8 steps to bring investors into the $1trn per annum needed to prevent dangerous climate change

Action is needed to make institutional funds flow: Sean Kidney shows how.

The CO2 emissions horse is about to bolt and we have yet to significantly deploy solutions that will enable us to stop it.
 We know the investment required: the International Energy Agency (IEA) estimates that $1 trillion of investment in energy, transport and building sectors are required each year above business as usual. And according to the UN Environment Programme, if the sustainable management of natural resources such as forests, fisheries, agriculture and water is included, an average additional annual investment of $1.3 trillion is required out to 2050. But public sector balance sheets are, to say the least, constrained. So the bulk of the money is going to have to come from the private sector; in particular from the $75 trillion of assets under management by institutional investors. This is possible. Investments in climate resilient infrastructure from renewable power to energy efficiency projects typically involve high capital expenditure that creates secure and predictable long-term assets; very close to what pension funds and insurance investors are looking for. Investment in these assets have focused on equity; but bonds are a great funding instrument for such high cap-ex, long-life projects. Climate Bonds – asset-backed or ring-fenced bonds issued to raise finance for climate change solutions – have been developed as one means of tapping that market.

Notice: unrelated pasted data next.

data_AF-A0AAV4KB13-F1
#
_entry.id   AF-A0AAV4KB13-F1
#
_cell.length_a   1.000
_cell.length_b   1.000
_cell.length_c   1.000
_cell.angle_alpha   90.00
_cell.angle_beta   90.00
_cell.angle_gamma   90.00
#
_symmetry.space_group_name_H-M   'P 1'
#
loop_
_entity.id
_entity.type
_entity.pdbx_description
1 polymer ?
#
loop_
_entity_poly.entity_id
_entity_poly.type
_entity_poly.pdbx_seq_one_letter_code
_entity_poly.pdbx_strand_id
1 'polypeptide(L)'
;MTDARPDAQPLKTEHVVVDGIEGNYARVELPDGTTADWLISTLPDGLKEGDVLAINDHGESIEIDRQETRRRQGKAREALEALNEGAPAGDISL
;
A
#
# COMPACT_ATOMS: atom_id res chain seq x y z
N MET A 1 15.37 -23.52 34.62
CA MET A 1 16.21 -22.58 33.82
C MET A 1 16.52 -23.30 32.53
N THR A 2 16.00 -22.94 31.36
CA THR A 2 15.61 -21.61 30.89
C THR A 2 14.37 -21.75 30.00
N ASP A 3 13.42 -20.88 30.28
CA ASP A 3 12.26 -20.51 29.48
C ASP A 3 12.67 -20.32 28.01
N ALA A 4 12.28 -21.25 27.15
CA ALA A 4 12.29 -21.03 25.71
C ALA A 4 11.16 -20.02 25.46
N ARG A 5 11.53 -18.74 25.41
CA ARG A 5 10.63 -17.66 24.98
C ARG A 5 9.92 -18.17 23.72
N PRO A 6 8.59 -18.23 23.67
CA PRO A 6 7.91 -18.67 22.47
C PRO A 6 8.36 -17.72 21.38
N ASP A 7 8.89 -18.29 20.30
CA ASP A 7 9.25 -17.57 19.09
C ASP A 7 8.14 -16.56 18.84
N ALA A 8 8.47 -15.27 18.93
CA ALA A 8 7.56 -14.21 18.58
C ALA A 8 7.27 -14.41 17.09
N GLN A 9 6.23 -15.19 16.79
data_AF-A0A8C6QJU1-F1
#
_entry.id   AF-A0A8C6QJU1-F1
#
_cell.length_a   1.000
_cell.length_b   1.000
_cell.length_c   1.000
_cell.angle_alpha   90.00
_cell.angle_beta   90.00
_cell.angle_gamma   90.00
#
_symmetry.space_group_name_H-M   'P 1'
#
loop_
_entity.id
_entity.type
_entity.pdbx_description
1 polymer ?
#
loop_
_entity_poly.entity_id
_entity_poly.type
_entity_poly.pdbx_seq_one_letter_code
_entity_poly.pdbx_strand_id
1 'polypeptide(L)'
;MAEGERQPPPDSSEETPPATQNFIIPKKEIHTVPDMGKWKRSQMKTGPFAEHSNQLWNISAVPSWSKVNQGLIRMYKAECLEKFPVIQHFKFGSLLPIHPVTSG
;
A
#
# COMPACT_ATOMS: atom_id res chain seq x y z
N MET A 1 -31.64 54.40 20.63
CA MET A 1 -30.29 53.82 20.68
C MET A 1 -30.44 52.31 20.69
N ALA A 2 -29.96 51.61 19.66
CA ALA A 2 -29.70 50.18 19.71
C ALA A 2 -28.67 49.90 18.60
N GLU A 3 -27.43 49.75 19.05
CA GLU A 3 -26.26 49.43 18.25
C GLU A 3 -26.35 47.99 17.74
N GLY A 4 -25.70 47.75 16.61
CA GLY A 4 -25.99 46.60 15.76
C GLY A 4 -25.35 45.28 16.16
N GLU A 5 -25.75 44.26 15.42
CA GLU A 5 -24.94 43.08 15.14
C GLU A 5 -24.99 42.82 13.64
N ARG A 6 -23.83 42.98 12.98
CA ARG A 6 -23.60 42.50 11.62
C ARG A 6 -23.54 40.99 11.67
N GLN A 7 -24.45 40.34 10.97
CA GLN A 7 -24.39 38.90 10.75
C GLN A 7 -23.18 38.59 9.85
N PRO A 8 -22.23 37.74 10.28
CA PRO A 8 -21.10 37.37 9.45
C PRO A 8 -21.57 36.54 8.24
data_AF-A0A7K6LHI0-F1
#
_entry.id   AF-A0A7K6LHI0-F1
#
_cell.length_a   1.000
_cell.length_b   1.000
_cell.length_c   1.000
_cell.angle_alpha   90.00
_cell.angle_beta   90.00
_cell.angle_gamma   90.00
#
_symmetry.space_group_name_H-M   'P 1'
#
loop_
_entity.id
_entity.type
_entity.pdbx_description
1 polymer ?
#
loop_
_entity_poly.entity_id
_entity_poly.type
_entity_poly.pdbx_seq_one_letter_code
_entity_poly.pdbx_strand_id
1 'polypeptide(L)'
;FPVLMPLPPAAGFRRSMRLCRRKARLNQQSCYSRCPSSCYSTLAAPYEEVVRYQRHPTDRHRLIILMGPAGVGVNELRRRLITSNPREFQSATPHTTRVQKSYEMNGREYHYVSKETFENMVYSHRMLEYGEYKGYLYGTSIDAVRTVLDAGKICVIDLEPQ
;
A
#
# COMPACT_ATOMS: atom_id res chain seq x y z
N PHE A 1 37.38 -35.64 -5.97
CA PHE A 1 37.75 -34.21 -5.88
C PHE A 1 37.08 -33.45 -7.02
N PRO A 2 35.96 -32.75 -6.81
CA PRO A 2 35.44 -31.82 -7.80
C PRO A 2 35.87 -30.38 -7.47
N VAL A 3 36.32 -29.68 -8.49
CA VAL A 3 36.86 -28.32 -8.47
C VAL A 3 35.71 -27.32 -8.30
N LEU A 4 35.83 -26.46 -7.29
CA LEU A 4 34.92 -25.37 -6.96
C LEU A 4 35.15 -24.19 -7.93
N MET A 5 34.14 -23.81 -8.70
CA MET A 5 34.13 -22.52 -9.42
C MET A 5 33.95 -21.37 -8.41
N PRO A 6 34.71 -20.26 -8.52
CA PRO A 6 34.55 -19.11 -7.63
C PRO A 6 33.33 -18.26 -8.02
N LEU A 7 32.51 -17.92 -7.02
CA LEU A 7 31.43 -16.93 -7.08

But funds are still not flowing. So how do we get some action? Here are 8 steps:1. To create deal flow, think big.
Investors say there are simply not enough big deals. Bond markets want deal flow lumps of half to one billion dollars and investors will only buy if there’s going to be liquidity as a result of large volume issuance. The bigger the opportunities the more investors will be interested. In equities this is beginning to change with landmark deals such as PensionDanmark’s recent acquisition of a huge offshore wind farm from Dong energy. Bond opportunities remain scarce. One challenge is that both the renewable energy and energy efficiency markets are smaller in deal size than traditional energy sectors. Bond investors need scale, so smaller projects need to be aggregated into larger offerings. Banks providing project finance are recapitalizing and will do so increasingly under Basel III regulations. That means they are curtailing their smaller business and project lending. Other players, like utilities and governments, are similarly financially constrained. If banks and utilities are to be major players in growing the climate economy, they need to become project developers and financiers, dealing with the upfront risks of setting up new energy infrastructure. Then they should be flipping what will be low-risk assets and loan portfolios to institutional investors using equity and asset-backed security offerings, and aggregating smaller offerings to do so as well. Governments may